Tag Archives: destruction

Dividing Violence and Video Games

When I had originally planned on writing this post we were a little ways into November, with Remembrance Day having just passed. Walking through the subway stations here in Toronto it was impossible not to spot a bright red poppy pinned to a stranger’s lapel that inevitably forced me to, well, remember the war that lends them their importance.

thrallflandersJust before the day on which Canada and the rest of the Commonwealth of Nations pay tribute to those who have fallen in the line of duty was Blizzcon, the annual convention put on by my favourite video game developer. With World War I on one hand and a company that holds the title of creating the highest grossing game of all time in World of WarCraft on the other the connection was clear.

Asking whether or not it’s possible to have a split between violence and one of the quickest growing forms of both entertainment and narrative device, for mainstream audiences, is a difficult enough question as it is, and I felt it all the more pressing as the longer I put off writing this post the more [extreme] acts of violence I could see reported on the news. I don’t even need to drop any news links for you to think back on an incident that occurred just this past week.

Now before I go any further I want to state plainly that this is not an indictment of violence in video games. As my co-writer Gordon related a few years back being exposed to such can actually be beneficial to the way we perceive and navigate the world. Former Culture War Reporter Stew, who assisted me in writing this, also mentioned that it can be “interesting because the interactivity of videogames presents us with a unique way to actually explore our violent tendencies, or our instinct for survival.” I don’t particularly believe that this aspect of the medium is harmful by any means. Instead what I’d like to explore is what video games could be with its absence. Continue reading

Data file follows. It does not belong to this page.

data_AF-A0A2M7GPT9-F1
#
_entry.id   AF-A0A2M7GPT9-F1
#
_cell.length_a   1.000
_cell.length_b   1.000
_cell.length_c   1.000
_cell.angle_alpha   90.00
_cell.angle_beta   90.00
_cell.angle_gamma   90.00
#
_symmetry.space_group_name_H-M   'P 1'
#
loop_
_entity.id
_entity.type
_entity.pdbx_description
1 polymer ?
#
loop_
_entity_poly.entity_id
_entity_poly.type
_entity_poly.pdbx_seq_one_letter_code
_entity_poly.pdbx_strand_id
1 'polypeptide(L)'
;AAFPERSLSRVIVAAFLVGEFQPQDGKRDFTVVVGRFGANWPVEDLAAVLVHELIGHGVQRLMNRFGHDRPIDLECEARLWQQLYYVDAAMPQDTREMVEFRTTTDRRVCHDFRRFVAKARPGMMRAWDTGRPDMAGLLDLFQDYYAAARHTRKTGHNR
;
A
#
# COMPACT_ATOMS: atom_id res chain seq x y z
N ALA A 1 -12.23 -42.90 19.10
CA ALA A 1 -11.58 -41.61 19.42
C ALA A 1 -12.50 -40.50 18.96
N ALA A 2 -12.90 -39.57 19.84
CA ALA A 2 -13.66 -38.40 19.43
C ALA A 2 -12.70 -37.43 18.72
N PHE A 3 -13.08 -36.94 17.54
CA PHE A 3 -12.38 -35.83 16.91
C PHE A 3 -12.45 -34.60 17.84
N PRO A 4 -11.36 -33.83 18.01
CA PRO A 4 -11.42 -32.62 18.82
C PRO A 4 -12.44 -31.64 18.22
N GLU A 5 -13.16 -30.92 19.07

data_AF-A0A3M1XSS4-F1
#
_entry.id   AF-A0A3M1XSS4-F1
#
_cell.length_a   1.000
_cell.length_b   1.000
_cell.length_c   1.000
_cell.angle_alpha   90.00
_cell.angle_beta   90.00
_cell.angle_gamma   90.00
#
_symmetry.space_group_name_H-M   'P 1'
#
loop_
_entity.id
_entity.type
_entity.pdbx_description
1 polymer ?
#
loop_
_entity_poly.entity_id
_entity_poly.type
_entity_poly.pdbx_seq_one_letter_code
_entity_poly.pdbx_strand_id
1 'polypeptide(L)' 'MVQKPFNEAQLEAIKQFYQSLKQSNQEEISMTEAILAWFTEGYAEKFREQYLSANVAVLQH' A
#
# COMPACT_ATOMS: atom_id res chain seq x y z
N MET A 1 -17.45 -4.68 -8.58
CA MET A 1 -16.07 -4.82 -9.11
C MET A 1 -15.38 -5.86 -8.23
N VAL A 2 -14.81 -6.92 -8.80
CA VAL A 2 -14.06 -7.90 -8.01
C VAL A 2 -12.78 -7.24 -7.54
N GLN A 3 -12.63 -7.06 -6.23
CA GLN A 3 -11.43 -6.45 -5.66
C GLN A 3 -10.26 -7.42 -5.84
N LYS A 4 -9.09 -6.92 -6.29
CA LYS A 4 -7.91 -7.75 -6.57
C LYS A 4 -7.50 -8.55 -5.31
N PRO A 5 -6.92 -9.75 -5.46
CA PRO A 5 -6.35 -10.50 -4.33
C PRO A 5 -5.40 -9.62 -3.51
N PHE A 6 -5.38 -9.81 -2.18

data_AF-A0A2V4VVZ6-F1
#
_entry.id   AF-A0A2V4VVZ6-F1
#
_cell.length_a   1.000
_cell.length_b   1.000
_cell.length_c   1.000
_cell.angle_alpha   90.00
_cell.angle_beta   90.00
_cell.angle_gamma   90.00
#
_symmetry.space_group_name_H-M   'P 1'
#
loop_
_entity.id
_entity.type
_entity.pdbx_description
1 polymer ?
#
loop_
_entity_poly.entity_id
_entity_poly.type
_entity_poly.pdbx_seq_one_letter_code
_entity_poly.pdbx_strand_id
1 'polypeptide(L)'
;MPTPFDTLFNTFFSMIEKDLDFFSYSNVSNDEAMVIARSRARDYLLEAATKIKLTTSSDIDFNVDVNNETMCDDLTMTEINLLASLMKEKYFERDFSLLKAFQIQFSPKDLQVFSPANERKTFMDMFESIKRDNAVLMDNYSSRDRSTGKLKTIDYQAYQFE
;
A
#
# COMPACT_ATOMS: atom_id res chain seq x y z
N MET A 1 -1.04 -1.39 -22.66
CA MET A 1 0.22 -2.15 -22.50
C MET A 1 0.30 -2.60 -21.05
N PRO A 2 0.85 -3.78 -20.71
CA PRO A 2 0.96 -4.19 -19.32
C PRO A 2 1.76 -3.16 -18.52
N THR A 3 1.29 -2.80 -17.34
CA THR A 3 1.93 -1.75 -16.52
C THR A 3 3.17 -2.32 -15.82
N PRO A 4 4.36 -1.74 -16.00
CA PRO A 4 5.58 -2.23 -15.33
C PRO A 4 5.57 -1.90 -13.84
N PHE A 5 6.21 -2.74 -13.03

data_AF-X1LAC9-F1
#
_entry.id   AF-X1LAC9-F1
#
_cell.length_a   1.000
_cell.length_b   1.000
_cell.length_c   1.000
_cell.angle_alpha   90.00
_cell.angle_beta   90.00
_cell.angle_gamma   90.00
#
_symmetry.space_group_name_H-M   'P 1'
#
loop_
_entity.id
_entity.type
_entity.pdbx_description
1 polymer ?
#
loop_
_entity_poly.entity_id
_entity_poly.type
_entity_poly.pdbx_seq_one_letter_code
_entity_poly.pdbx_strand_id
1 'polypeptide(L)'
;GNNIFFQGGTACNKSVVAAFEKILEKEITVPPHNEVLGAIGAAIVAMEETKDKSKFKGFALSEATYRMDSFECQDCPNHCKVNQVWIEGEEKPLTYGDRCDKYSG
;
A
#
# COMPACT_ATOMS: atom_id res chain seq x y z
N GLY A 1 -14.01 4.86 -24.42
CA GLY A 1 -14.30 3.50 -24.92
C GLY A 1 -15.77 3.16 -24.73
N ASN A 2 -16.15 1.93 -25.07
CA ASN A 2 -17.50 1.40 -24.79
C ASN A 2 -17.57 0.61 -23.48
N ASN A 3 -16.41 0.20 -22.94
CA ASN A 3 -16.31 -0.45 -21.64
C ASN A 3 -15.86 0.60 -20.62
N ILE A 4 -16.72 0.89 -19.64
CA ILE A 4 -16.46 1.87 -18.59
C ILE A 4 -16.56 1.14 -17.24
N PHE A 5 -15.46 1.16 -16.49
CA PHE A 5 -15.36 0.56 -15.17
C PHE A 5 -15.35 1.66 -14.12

Shame Day: The White Man March

Two nights ago I posted an article to our Facebook page that listed tweets in response to some sort of White Man March. My first reaction upon coming across it for the first time, as I think most most people’s would be, was not so much what is this as why is this. My second was to ascertain that the tweets were in fact funny so that I could share them on social media and use them as a hook to create discussion [which they did not, but what are you going to do].

In coming up with today’s Shame Day post the march came to mind, but it dawned on me that I knew literally nothing about it besides the fact that the internet thought it was ridiculous.

I did what I consider to be the bare amount of research possible and determined that, yes, the White Man March is indeed worthy of its own Shame Day post. Continue reading